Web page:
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BlackBay Insights

  • Anastasia Dimitriou

Understanding Australia's Online Safety Act: A Guide to Dealing with Cyber Abuse

Online Safety Act 2021

Australia’s online safety laws were strengthened with the introduction of the Online Safety Act 2021 (Online Safety Act) which commenced on 23 January 2022. The legislation addressed gaps in the online regulatory framework established by the Enhancing Online Safety Act 2015 (Cth) and significantly enhanced the eSafety Commissioner’s investigative and enforcement powers.

The Online Safety Act provides important safeguards against, and responses to, cyber abuse of adults; cyber-bullying of children; and image-based abuse (sometimes called ‘revenge porn’).

Under the laws, online platforms must respond to a takedown notice within 24 hours. Civil penalties can be imposed on both the person who posted the material and the provider of the service on which it was posted, including fines up to $111,000 for individuals and $555,000 for companies. The Online Safety Act applies to providers of the following services (amongst others):

  • Social media platforms (eg Facebook, Instagram, Twitter, TikTok)

  • Email and instant messaging (eg Outlook, WhatsApp)

  • Search engines (eg Google)

  • Online games

  • Online dating

  • App distribution

  • Data hosting

  • ISPs

Online service providers are now also subject to industry standards known as the “Basic Online Safety Expectations” (BOSE) which require them to take reasonable steps to minimise the risk of harm to users of their services. For example, online service providers are now required to create a safer online environment through:

  • Ensuring technological or other measures are in place to prevent access by children;

  • Guaranteeing mechanisms are available that enable users to report and make complaints about cyber bullying material and breaches of the service’s terms of use; and

  • Reporting complaints and removal notices to the Commissioner within 30 days when required.

  • As well as granting the Commissioner powers to issue formal warnings, infringement notices, enforceable undertakings, injunctions and civil penalties, the Online Safety Act also gives the Commissioner powers to “unmask” users of anonymous accounts used by cyber-bullies or abusers by obtaining information from service providers about those users.

What is the difference between cyber abuse and defamation?

In order for the eSafety Commissioner to act on a report of cyber-abuse of an adult, the abuse must be “seriously harmful”. This is a higher threshold than the one in eSafety’s cyber-bullying scheme for under 18s, because it is presumed that adults are more resilient than children.

For the eSafety Commissioner to investigate a report of harmful content, it must target a specific Australian adult and be both:

  1. Intended to cause serious harm; and

  2. Menacing, harassing or offensive in all the circumstances.

Serious harm includes physical or psychological harm which endangers, or could endanger, a person’s life; or which could have some form of lasting effect on an individual, e.g. where the abuse repeatedly targets the same person. It may also involve hate speech. It does not include content which is merely offensive, if it is not also intended to cause serious harm to the person targeted.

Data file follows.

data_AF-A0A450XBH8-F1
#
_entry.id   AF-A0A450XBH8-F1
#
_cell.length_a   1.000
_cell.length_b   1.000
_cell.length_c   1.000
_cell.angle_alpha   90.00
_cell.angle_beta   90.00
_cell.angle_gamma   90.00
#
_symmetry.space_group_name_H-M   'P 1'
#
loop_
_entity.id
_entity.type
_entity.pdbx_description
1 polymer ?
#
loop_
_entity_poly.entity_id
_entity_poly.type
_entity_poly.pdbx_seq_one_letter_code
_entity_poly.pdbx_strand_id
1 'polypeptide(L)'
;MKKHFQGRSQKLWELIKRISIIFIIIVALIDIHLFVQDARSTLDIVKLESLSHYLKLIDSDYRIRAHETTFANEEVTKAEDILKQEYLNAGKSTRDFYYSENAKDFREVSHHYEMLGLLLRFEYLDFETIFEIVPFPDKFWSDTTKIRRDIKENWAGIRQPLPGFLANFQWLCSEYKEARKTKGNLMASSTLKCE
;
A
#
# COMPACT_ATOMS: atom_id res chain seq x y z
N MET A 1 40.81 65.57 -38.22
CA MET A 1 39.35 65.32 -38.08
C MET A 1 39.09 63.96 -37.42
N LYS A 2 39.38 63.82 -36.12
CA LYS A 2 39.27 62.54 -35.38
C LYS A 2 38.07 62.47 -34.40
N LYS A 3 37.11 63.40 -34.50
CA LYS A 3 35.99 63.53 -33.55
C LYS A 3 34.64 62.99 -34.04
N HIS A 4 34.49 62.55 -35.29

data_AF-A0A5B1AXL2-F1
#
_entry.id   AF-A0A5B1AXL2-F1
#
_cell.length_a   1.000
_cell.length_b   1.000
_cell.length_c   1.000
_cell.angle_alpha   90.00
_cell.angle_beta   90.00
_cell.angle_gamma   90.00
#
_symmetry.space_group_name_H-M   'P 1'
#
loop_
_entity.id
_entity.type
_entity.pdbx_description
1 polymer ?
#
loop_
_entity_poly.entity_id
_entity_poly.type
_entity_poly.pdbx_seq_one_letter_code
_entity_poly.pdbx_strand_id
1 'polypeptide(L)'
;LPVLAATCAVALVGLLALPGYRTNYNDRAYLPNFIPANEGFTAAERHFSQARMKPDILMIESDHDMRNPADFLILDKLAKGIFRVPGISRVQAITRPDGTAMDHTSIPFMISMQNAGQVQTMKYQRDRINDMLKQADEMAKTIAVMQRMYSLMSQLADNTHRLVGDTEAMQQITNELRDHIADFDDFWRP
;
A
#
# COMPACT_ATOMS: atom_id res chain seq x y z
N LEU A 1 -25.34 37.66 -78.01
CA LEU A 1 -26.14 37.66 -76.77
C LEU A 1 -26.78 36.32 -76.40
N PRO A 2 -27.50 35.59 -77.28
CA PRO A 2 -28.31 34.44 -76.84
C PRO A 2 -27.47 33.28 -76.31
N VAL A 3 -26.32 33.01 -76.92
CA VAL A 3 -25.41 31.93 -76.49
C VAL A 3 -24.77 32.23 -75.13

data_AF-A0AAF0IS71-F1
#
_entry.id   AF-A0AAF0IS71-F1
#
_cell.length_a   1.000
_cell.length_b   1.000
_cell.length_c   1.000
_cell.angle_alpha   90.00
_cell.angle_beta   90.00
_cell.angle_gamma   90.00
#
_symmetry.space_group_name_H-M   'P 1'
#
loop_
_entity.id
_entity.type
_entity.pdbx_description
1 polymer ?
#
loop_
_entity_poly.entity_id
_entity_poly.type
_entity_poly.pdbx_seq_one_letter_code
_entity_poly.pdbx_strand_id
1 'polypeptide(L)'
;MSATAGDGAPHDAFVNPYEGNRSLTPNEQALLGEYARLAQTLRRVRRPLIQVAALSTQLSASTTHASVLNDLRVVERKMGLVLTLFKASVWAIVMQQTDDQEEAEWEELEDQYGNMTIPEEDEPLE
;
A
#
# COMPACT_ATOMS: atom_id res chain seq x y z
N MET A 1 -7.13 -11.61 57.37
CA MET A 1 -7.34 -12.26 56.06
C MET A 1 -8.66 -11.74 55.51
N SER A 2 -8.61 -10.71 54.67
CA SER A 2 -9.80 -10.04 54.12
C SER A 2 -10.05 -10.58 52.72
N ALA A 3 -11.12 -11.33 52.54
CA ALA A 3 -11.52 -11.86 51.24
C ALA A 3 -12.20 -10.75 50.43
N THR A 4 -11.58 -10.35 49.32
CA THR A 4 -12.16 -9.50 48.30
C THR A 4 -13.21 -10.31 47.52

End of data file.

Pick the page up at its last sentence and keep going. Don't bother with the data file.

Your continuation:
The objective of the Online Safety Act is to minimise physical and psychological harm to targets of cyber abuse by removing harmful content. Defamation laws on the other hand are designed to compensate individuals for damage to their reputations.

Since July 2021, defamation laws in most Australian jurisdictions have included their own “serious harm” test. Unlike the Online Safety Act, a defamation plaintiff is required to provide evidence of serious harm to his or her reputation, in order to meet the threshold for commencing defamation proceedings.

There will be some circumstances where material posted online is both defamatory AND meets the threshold of adult cyber abuse. In those circumstances, the victim of the abuse could both seek the assistance of the eSafety Commissioner to have the content removed and/or take action under Australia’s defamation legislation.

BlackBay Lawyers has acted for clients who have reported material to the eSafety Commissioner, which the Commissioner has declined to act on, but for whom we were nonetheless able to issue Concerns Notices under the Defamation Act 2005 (NSW). BlackBay Lawyers can also assist in reporting material to the eSafety Commissioner with a view to encouraging the eSafety Commissioner to take action.

There may also be circumstances where publications have been taken down (either with the assistance of the e-safety Commissioner or otherwise) which may still be the subject of defamation action.

Victims of “revenge porn” may also be able to pursue an action for breach of confidence.

If you have been a victim of cyber-abuse and need legal advice, feel welcome to get in touch.

The content in this Article is intended only to provide a summary and general overview on matters of interest. It is not intended to be comprehensive nor does it constitute legal advice. It should not be relied upon as such. You should seek legal or other professional advice before acting or relying on any of the content.


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